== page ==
Patrisse Cullors: The attitude of indifference and denial that Sheriff Baca exhibits toward the people whose welfare he is in charge is unacceptable.
Sheila Kuehl:Prop 31 was designed to find ways to make government more efficient and responsive. Several critics have opined that Prop 31 doesn’t really accomplish the goal, but simply recycles a number of ideas that have been floated through the years without a good deal of empirical evidence on whether or not they accomplish their stated goals.
Ed Rampell: The Netanyahu government’s “might makes right” stance not only jeopardizes international Jewry, but above all endangers Israel. Unnecessarily pissing off most of the international community may not be a good survival strategy, but it is a tried and true formula for hate crimes perpetrated against those perceived as belonging to the offenders.
Anthony Asadullah Samad: Guess who discovered Who’s Who In Black Los Angeles after two years? Before you ask, I really wanted to feature a Los Angeles Times editor in Who’s Who in Black Los Angeles. Really. The problem is, there is not a single African American among those who make coverage decisions for the paper. In hindsight, it probably was a mistake not to include the one black man on the paper’s full-time Metro reporting staff. That brother deserves a special award for what I imagine he goes through everyday. Well, maybe next year.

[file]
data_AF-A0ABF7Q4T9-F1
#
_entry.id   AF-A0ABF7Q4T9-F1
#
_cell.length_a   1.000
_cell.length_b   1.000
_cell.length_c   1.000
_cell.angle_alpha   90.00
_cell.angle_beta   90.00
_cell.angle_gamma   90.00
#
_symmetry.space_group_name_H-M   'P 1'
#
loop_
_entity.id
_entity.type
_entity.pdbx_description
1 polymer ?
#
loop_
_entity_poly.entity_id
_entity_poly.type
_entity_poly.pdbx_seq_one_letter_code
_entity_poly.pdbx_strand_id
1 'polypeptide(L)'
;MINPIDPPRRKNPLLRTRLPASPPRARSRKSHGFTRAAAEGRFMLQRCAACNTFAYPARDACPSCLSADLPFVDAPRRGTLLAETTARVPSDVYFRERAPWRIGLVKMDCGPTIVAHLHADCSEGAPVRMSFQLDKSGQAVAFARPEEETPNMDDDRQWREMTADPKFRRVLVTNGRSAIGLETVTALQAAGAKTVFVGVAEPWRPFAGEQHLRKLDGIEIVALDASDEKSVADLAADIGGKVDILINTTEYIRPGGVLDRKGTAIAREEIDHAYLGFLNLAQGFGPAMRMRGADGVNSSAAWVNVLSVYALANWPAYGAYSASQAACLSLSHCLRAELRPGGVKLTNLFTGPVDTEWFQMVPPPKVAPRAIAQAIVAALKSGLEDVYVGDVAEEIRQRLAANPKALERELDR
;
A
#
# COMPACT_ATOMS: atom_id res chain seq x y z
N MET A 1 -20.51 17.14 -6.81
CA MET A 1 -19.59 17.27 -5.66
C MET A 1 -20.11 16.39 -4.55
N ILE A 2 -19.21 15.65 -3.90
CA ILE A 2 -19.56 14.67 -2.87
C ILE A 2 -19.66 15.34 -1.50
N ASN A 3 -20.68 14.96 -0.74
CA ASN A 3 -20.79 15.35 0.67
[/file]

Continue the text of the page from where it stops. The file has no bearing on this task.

Linda Milazzo: Responding to what are you reading? here, at the 15th annual Los Angeles Times Festival of Books, requires finding space on the formerly all-white wall that after just two hours is dense with book titles, ranging from children’s classics to the coming-of-age The Catcher In The Rye, to seemingly equal entries of The Koran and The Bible. In a city known for its Hollywood glitz and climate-friendly outdoor living, what many don’t know about Los Angeles is how much it reveres its book festival; the largest in the nation, attended by 130,000 readers of all ages and ethnicities.
Tom Hall: One reason that there has been so little outcry about this complete abandonment of the capitalist ideals of the Reagan years is that there is no longer any press competition in the United States. All the broadcast and cable networks are now owned by about five multinational corporations. And in every major city, the same corporations own all of the television and radio stations and the cable systems. Most cable systems have no competition at all.
These articles appeared this week in the LA Progressive
When I lived in New York City, I used to marvel at the weeds that would force their way up through sidewalk cracks. What a will to live, I thought: From clumps of dirt crammed between concrete slabs, these vigorous shoots fended off the hard, slapping heels of a thousand rushing city dwellers, just to [...]